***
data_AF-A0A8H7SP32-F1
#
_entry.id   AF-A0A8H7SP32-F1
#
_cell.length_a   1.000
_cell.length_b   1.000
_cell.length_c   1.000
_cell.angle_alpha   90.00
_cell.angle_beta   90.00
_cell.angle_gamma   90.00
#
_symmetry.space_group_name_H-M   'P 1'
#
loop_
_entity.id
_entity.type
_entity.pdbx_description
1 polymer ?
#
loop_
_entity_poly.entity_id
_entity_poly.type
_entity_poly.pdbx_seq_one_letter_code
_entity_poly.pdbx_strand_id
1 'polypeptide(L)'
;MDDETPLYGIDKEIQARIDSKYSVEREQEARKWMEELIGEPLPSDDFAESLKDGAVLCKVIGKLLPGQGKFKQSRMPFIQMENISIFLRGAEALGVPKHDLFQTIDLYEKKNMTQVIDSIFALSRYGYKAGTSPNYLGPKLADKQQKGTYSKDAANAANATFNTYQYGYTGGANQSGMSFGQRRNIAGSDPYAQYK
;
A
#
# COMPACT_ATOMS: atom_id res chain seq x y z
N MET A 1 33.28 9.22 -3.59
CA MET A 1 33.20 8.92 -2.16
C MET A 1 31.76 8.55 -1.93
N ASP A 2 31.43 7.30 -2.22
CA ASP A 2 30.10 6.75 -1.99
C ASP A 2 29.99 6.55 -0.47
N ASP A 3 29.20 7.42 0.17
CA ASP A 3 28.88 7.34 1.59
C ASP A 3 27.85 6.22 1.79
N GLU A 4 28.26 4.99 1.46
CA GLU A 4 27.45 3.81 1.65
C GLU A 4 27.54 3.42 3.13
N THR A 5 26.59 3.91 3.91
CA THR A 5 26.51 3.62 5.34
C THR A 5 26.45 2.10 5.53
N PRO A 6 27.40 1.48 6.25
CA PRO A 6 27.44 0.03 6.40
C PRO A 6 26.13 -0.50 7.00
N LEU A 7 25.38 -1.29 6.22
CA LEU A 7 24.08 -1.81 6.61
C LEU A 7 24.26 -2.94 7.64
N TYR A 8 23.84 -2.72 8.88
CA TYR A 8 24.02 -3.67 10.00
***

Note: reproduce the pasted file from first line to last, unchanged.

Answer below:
data_AF-A0A8H7SP32-F1
#
_entry.id   AF-A0A8H7SP32-F1
#
_cell.length_a   1.000
_cell.length_b   1.000
_cell.length_c   1.000
_cell.angle_alpha   90.00
_cell.angle_beta   90.00
_cell.angle_gamma   90.00
#
_symmetry.space_group_name_H-M   'P 1'
#
loop_
_entity.id
_entity.type
_entity.pdbx_description
1 polymer ?
#
loop_
_entity_poly.entity_id
_entity_poly.type
_entity_poly.pdbx_seq_one_letter_code
_entity_poly.pdbx_strand_id
1 'polypeptide(L)'
;MDDETPLYGIDKEIQARIDSKYSVEREQEARKWMEELIGEPLPSDDFAESLKDGAVLCKVIGKLLPGQGKFKQSRMPFIQMENISIFLRGAEALGVPKHDLFQTIDLYEKKNMTQVIDSIFALSRYGYKAGTSPNYLGPKLADKQQKGTYSKDAANAANATFNTYQYGYTGGANQSGMSFGQRRNIAGSDPYAQYK
;
A
#
# COMPACT_ATOMS: atom_id res chain seq x y z
N MET A 1 33.28 9.22 -3.59
CA MET A 1 33.20 8.92 -2.16
C MET A 1 31.76 8.55 -1.93
N ASP A 2 31.43 7.30 -2.22
CA ASP A 2 30.10 6.75 -1.99
C ASP A 2 29.99 6.55 -0.47
N ASP A 3 29.20 7.42 0.17
CA ASP A 3 28.88 7.34 1.59
C ASP A 3 27.85 6.22 1.79
N GLU A 4 28.26 4.99 1.46
CA GLU A 4 27.45 3.81 1.65
C GLU A 4 27.54 3.42 3.13
N THR A 5 26.59 3.91 3.91
CA THR A 5 26.51 3.62 5.34
C THR A 5 26.45 2.10 5.53
N PRO A 6 27.40 1.48 6.25
CA PRO A 6 27.44 0.03 6.40
C PRO A 6 26.13 -0.50 7.00
N LEU A 7 25.38 -1.29 6.22
CA LEU A 7 24.08 -1.81 6.61
C LEU A 7 24.26 -2.94 7.64
N TYR A 8 23.84 -2.72 8.88
CA TYR A 8 24.02 -3.67 10.00